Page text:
Temperance and Cosmopolitanism explores the nature and meaning of cosmopolitan freedom in the nineteenth century through a study of selected African American authors and reformers: William Wells Brown, Martin Delany, George Moses Horton, Frances E. W. Harper, and Amanda Berry Smith. Their voluntary travels, a reversal of the involuntary movement of enslavement, form the basis for a critical mode of cosmopolitan freedom rooted in temperance.
Both before and after the Civil War, white Americans often associated alcohol and drugs with blackness and enslavement. Carole Lynn Stewart traces how African American reformers mobilized the discourses of cosmopolitanism and restraint to expand the meaning of freedom-a freedom that draws on themes of abolitionism and temperance not only as principles and practices for the inner life but simultaneously as the ordering structures for forms of culture and society. While investigating traditional meanings of temperance consistent with the ethos of the Protestant work ethic, Enlightenment rationality, or asceticism, Stewart shows how temperance informed the founding of diasporic communities and civil societies to heal those who had been affected by the pursuit of excess in the transatlantic slave trade and the individualist pursuit of happiness.
By elucidating the concept of the "black Atlantic" through the lenses of literary reformers, Temperance and Cosmopolitanism challenges the narrative of Atlantic history, empire, and European elite cosmopolitanism. Its interdisciplinary approach will be of particular value to scholars of African American literature and history as well as scholars of nineteenth-century cultural, political, and religious studies.
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Carole Lynn Stewart is Associate Professor at Brock University and the author of Strange Jeremiahs: Civil Religion and the Literary Imaginations of Jonathan Edwards, Herman Melville, and W. E. B. Du Bois.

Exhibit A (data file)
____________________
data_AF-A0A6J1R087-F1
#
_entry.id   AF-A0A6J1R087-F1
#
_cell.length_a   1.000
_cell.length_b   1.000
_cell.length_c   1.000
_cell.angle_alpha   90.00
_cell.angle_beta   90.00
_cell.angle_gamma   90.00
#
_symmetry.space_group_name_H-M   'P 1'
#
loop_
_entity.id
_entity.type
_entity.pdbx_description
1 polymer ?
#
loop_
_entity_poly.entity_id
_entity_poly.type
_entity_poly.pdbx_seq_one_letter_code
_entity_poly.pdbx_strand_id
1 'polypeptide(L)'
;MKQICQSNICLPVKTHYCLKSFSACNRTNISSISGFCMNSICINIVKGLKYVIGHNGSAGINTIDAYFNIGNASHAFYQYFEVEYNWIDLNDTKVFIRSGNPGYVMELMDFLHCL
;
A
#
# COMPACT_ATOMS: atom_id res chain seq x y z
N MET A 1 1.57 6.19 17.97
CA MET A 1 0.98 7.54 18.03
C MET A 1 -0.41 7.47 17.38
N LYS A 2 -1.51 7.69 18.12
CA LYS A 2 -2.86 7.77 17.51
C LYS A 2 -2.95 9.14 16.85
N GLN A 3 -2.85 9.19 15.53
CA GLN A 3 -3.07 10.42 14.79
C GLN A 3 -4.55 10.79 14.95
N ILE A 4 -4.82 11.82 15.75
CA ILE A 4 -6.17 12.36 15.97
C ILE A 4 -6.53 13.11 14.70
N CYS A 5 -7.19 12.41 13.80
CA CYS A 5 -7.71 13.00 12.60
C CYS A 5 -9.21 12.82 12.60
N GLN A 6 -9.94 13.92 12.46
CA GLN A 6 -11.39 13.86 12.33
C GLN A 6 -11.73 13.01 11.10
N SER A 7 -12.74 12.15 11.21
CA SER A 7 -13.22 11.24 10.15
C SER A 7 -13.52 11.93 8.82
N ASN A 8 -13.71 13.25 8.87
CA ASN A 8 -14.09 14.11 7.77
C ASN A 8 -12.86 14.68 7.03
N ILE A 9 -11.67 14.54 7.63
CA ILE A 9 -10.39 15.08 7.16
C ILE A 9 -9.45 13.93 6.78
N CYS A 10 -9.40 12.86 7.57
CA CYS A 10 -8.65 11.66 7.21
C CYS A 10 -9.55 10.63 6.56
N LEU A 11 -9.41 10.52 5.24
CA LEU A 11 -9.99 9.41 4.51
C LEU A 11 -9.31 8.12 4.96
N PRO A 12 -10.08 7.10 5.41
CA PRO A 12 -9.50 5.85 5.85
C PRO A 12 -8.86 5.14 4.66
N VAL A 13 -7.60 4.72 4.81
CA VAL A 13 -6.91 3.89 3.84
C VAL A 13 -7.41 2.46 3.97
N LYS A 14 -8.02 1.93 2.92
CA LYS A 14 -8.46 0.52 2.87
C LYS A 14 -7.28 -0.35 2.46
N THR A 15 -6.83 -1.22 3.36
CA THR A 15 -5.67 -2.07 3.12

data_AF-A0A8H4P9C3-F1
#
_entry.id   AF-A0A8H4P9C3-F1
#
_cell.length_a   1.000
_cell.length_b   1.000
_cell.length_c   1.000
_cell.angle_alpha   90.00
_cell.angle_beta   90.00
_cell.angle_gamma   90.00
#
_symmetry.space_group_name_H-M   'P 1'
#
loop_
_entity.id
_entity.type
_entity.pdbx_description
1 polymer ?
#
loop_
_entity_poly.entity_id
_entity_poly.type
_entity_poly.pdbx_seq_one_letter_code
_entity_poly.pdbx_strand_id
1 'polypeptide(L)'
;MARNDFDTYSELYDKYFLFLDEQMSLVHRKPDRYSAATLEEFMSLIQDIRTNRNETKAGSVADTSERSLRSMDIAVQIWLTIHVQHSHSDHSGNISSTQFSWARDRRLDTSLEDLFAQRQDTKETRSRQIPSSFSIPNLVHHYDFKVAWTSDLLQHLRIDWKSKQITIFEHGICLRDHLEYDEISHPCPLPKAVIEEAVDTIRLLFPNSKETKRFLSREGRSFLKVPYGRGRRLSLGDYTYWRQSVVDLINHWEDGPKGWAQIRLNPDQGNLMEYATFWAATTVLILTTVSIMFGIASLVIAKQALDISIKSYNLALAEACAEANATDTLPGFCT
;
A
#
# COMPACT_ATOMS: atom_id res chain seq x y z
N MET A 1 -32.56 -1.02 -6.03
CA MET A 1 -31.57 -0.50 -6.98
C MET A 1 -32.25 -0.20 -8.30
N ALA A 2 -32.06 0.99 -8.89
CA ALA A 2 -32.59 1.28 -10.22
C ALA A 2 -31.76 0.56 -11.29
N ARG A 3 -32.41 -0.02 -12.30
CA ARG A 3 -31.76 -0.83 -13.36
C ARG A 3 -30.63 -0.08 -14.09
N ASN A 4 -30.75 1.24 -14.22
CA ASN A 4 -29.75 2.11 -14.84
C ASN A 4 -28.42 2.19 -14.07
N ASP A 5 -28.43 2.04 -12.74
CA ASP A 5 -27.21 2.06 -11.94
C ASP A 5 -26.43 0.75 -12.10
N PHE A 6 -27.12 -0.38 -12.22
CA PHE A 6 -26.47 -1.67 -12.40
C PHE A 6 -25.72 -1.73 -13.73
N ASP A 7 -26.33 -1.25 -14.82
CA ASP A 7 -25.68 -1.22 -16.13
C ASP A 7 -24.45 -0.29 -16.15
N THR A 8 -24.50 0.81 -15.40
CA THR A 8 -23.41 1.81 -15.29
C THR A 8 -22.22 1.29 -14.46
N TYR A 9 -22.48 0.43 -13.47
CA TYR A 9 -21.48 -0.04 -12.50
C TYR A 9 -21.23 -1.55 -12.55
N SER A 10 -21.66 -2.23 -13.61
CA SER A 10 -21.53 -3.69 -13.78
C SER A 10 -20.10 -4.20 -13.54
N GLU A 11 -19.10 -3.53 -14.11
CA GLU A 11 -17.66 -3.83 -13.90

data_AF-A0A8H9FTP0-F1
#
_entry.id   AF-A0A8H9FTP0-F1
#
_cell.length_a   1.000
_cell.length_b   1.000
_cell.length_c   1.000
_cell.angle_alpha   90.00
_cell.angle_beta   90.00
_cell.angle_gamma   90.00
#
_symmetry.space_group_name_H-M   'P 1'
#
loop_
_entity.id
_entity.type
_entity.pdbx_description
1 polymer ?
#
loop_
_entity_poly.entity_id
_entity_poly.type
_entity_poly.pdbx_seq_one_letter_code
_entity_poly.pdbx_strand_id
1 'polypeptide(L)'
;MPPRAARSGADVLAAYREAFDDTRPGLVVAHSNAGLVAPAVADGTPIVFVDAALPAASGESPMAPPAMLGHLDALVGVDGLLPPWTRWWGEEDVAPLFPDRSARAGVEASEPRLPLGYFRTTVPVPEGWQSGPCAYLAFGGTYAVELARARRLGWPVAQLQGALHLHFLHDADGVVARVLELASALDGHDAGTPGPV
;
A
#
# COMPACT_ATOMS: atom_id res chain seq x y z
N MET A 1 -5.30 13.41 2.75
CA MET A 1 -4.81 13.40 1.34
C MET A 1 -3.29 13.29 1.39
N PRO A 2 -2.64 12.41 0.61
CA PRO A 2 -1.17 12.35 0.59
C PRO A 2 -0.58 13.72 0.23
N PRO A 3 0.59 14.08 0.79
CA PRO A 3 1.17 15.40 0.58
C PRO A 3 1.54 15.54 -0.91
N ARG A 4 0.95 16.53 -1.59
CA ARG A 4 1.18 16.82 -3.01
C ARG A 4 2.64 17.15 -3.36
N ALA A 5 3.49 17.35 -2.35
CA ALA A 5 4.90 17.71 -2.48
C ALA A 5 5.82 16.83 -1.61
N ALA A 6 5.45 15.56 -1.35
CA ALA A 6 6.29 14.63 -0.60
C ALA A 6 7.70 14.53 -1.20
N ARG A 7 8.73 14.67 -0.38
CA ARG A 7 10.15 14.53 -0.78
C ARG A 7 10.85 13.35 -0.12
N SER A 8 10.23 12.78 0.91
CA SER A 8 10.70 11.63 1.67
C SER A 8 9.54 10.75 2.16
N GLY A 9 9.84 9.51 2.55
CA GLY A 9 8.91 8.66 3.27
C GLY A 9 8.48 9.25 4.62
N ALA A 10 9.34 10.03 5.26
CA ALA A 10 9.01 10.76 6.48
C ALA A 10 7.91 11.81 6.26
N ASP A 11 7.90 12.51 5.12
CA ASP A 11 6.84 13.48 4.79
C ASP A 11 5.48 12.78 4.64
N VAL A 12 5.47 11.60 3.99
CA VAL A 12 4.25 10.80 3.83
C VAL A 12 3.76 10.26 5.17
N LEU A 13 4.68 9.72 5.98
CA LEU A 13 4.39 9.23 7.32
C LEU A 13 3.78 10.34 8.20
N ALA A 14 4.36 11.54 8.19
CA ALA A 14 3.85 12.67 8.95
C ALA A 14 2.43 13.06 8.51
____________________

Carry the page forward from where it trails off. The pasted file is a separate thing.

Introduction: Slave Travels and the Beginnings of a Temperate Cosmopolitanism
1. William Wells Brown and Martin Delany: Civil and Geographic Spaces of Temperate Cosmopolitanism
2. Brown's Temperate Cosmopolitan "Home": Creole Civilization and Temperate Manners
3. George Moses Horton's Freedom: A Temperate Republicanism and a Critical Cosmopolitanism
4. Frances E. W. Harper's Black Cosmopolitan Creoles: A Temperate Transnationalism
5. "The Quintessence of Sanctifying Grace": Amanda Smith's Religious Experience, Freedom, and a Temperate Cosmopolitanism
Epilogue: Tempering and Conjuring the Roots of Cosmopolitan Recovery
"In this study Carole Lynn Stewart shows how a group of enslaved, ex-enslaved, or fugitive African American women and men, through international travel, imaginative vision, and intellectual insight, critically expanded the practice and ideal of temperance from an individualistic, inner purity blind to the corruption of a civic order that tolerated slavery and enabled temperance to a serve as the vital basis for both the inward and societal meanings of freedom."-Charles H. Long, author of Significations: Signs, Symbols, and Images in the Interpretation of Religion "An original, nuanced, and theoretically robust work of scholarship that will quickly prove to be a tremendous addition to our understanding of race, religion, politics, and public life. Stewart critically reads the multiple languages and expressions of freedom as amalgams that form and inform the multiple meanings of the world and human experience. By deeply probing the complex contours of the temperance movement against the backdrop of the Atlantic world, Stewart adds rich texture and offers fresh perspectives on this protean international movement."-Corey D. B. Walker, author of A Noble Fight: African American Freemasonry and the Struggle for Democracy in America "Exploring a world torn by the foundational fractures forced by the system of slavery and racial control, Stewart uncovers a history of reform that challenges our understanding of place and mobility in African American history. She considers such writers as William Wells Brown, Martin Delany, George Moses Horton, Frances Harper, and Amanda Berry Smith, finding in their works a cosmopolitan determination to reorient American culture from the ground up. Anyone interested in African American literary and cultural history will want to read this important book."-John Ernest, author of Chaotic Justice: Rethinking African American Literary History "This book speaks softly and carries a big wallop. Through precise readings and meticulous historical research, Stewart demonstrates that there was a common transnational epistemology uniting black reformers. Highly recommended."-Kathryn Lofton, author of Consuming Religion
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